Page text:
The ge­nius of Dy­lan’s sto­ry­telling

Weekend Argus (Saturday Edition) - - FRONT PAGE - ALYSSA ROSEN­BERG

WASH­ING­TON: On Thurs­day, we learnt Bob Dy­lan had won the No­bel Prize in Lit­er­a­ture for “hav­ing cre­ated new po­etic ex­pres­sions within the great Amer­i­can song tra­di­tion”. I’m de­lighted for Dy­lan, and for the propo­si­tion that a medium like pop­u­lar mu­sic has been deemed wor­thy of one of art’s high­est hon­ours.

His win is also an op­por­tu­nity to dis­cuss any num­ber of sub­jects in which a cer­tain pres­i­den­tial can­di­date, bless­edly, has no place: the sta­tus of pol­i­tics in pop­u­lar mu­sic, what makes for a clas­si­cally ex­cel­lent singing voice as op­posed to an emo­tion­ally ef­fec­tive one and the na­ture of anonymity and blurred iden­tity in art, a topic su­per­charged by the re­cent out­ing of the woman be­hind the Elena Fer­rante pseu­do­nym.

But be­cause mo­ments of pure plea­sure seem rare in these tor­tured days, this news gives me an op­por­tu­nity to go back to some of my favourite Dy­lan songs and to re­flect on the thing that has al­ways touched me most deeply about his work.

The No­bel com­mit­tee honoured Dy­lan for “po­etic ex­pres­sions”, but I love him best as a writer of short sto­ries. Take Lily, Rose­mary and the Jack of Hearts, a song from Blood on the Tracks. It traces the events lead­ing to the death of Big Jim, a di­a­mond-mine owner who is mar­ried to the long-suf­fer­ing Rose­mary and is hav­ing an af­fair with Lily, a dancer who is also taken with her for­mer lover, the Jack of Hearts, a clever and charm­ing bank-rob­ber. The song is si­mul­ta­ne­ously spe­cific and un­moored in time: it could be the con­clu­sion of a sea­son of Dead­wood, David Milch’s show about the rise of a new so­ci­ety in the Dako­tas, or of West­world, HBO’s new se­ries about a sim­u­lacrum of the Old West.

But for all those sim­i­lar­i­ties, Lily, Rose­mary and the Jack of Hearts draws unique power from the fact that it’s a song, not a TV show. The in­flec­tion in Dy­lan’s voice when he tells us that “Lily had al­ready taken all of the dye out of her hair” af­ter the mur­der of her lover, the ex­e­cu­tion of his wife and the van­ish­ing of the Jack of Hearts cap­tures ev­ery­thing we need to know about her im­pend­ing trans­for­ma­tion.

Des­o­la­tion Row, from High­way 61 Re­vis­ited, is more sprawl­ing; it’s si­mul­ta­ne­ously a col­lec­tion of vi­gnettes and an act of lit­er­ary crit­i­cism. In this world, where Cin­derella knows who Bette Davis is and im­i­tates her ges­tures, Ein­stein im­i­tates Robin Hood’s puck­ish­ness and Ophe­lia sees Noah’s rain­bow made man­i­fest as she con­tem­plates her sui­cide, Dy­lan shows us how we un­der­stand the world by fit­ting great peo­ple into old archetypes and how we shape our fairy tales to con­tem­po­rary cir­cum­stances.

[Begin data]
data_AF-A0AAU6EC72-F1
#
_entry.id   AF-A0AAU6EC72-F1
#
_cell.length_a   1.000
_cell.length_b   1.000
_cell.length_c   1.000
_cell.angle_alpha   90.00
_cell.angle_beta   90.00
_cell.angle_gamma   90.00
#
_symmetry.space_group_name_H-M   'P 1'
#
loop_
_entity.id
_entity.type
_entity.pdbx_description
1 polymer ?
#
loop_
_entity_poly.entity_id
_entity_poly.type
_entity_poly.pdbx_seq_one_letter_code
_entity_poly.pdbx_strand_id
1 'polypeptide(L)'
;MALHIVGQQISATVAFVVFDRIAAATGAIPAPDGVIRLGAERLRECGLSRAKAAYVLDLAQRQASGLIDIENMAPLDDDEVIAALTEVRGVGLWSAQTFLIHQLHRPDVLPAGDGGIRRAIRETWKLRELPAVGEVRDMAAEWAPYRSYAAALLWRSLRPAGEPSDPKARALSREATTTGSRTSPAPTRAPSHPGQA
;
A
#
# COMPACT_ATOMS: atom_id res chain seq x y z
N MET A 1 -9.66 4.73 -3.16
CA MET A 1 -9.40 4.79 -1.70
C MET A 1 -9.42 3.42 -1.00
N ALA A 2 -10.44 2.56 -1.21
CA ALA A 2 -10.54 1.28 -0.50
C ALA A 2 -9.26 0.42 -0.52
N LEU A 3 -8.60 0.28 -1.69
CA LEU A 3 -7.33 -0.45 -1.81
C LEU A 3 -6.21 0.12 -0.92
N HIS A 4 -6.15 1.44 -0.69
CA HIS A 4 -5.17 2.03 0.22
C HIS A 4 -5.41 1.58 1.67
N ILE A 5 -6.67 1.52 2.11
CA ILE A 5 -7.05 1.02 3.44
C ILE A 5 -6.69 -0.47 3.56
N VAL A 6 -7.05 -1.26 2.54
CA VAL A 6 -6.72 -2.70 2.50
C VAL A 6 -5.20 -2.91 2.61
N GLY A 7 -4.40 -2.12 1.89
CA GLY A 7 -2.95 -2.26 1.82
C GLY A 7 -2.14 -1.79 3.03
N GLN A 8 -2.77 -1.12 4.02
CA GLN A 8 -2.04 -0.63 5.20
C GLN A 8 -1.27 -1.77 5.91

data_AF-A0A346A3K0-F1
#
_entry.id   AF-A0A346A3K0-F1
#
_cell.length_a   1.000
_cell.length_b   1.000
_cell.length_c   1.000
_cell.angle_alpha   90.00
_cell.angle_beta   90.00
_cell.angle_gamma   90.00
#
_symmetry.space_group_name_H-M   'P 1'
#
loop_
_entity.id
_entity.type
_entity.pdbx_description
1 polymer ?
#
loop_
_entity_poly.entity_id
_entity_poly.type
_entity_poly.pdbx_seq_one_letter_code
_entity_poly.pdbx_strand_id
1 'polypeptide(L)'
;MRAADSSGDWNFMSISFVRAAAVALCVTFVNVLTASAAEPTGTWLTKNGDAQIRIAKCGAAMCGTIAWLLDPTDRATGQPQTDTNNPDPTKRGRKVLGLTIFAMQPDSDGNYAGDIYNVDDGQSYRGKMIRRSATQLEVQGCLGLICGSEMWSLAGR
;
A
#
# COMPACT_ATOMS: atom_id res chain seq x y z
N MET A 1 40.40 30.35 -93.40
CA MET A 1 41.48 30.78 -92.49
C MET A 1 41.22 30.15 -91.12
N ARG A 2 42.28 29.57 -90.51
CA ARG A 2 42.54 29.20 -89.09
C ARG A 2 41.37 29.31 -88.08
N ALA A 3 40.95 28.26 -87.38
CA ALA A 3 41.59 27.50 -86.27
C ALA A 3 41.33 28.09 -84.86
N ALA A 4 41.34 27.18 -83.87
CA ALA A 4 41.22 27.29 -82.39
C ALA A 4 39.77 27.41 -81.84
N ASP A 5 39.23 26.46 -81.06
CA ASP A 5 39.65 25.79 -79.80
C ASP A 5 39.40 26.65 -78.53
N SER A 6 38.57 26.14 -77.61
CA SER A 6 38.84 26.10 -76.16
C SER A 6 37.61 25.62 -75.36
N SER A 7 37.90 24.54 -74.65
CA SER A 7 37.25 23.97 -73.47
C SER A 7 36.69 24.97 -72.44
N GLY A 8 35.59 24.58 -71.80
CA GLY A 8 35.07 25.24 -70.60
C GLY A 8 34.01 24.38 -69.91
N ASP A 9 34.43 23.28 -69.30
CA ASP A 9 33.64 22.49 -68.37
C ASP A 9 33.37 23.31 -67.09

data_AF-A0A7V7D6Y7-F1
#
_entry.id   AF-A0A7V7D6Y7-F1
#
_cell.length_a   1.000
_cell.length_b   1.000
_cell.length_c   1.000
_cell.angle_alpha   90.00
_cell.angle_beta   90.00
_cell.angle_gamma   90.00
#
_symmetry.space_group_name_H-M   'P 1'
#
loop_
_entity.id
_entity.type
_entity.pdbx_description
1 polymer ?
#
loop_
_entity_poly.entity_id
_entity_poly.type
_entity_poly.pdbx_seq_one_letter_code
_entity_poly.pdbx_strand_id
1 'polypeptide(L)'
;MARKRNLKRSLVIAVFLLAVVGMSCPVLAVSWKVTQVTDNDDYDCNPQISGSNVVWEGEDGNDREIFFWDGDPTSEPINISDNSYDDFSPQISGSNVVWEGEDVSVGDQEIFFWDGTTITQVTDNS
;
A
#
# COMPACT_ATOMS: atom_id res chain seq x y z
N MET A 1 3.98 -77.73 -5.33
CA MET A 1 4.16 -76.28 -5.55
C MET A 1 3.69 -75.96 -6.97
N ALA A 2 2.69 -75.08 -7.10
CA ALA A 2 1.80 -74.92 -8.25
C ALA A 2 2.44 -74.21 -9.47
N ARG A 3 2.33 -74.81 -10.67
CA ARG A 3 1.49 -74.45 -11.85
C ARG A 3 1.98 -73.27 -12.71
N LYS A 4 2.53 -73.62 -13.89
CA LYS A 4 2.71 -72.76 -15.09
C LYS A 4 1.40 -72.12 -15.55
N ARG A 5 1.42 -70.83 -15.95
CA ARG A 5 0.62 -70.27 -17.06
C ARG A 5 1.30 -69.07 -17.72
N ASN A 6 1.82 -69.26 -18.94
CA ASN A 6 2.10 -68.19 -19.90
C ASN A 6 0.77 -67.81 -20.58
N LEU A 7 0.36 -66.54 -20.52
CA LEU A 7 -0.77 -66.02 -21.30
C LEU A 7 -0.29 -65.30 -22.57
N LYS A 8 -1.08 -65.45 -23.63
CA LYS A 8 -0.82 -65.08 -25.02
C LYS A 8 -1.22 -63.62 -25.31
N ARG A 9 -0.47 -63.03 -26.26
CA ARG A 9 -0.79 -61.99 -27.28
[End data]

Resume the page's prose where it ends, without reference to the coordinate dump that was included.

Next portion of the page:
His fi­nal warn­ing – “Right now, I can’t read too good, don’t send me no more let­ters no / Not un­less you mail them from Des­o­la­tion Row” – is an eerie im­age of a nar­ra­tor pass­ing from the real world into one of metaphor and al­lu­sion. He has achieved what so many have dreamed of and found his own way into the fairy tale, but go­ing into the woods ob­scures as much as it re­veals.

Dy­lan can work with greater econ­omy, too. Sim­ple Twist of Fate is a story about a one-night stand that comes to as­sume enor­mous sig­nif­i­cance for the nar­ra­tor, who be­gins to wan­der the docks where he met the woman he be­lieves “was my twin”, hop­ing “Maybe she’ll pick him out again”.

Here, Dy­lan doesn’t need a de­vice like Cin­derella, or a Hang­ing Judge or the Sen­a­tor wan­der­ing the streets in Stuck In­side of Mo­bile With the Mem­phis Blues Again to achieve the proper mag­ni­tude of feel­ing. And he doesn’t fall into what Ellen Wil­lis once de­scribed as Dy­lan’s “pro­lix verses, hor­ren­dous gram­mar, tan­gled phrases, silly metaphors, em­bar­rass­ing clichés, mud­dled thought”. He just ex­plains that “Peo­ple tell me it’s a sin / To know and feel too much within”.

We’ve all felt that heav­i­ness, the weight we put on other peo­ple, who are ul­ti­mately ex­hausted by the mag­ni­tude of our feel­ings.

I’m Not There, Todd Haynes’s fab­u­lous, fluid biopic of Bob Dy­lan, which fea­tures six dif­fer­ent ac­tors – Cate Blanchett, Ben Whishaw, Chris­tian Bale, Richard Gere, Heath Ledger and Mar­cus Carl Franklin – rep­re­sent­ing dif­fer­ent as­pects of Dy­lan, works be­cause it cap­tures these same qual­i­ties as Dy­lan’s own best short sto­ries. It’s si­mul­ta­ne­ously el­lip­ti­cal and direct, frag­mented and whole. I’m Not There forces you to stop look­ing for a sin­gu­lar, real Dy­lan and en­cour­ages you to try trav­el­ling down the dif­fer­ent, di­ver­gent paths his work of­fers you.

The Arthur in­car­na­tion (Whishaw) ex­plains that he has “Seven sim­ple rules of go­ing into hid­ing: one, never trust a cop in a rain­coat. Two, be­ware of en­thu­si­asm and of love. Both are tem­po­rary and quick to sway. Three, if asked if you care about the world’s prob­lems, look deep into the eyes of he who asks. He will never ask you again. Four, never give your real name. Five, if ever asked to look at your­self, don’t. Six, never do any­thing the per­son stand­ing in front of you can­not un­der­stand. And fi­nally seven, never cre­ate any­thing. It will be mis­in­ter­preted, it will chain you and fol­low you for the rest of your life”.

Dy­lan’s prize prob­a­bly won’t help with that last prob­lem. But it does sug­gest that love and en­thu­si­asm may be more last­ing than Arthur ex­pected. – Wash­ing­ton Post


A 21-year-old Bob Dy­lan, about to burst on to the mu­sic scene, takes a break in New York City in this photo taken in 1962.


Joan Baez and Bob Dy­lan per­form to­gether dur­ing the March on Wash­ing­ton for Jobs and Free­dom in 1963.

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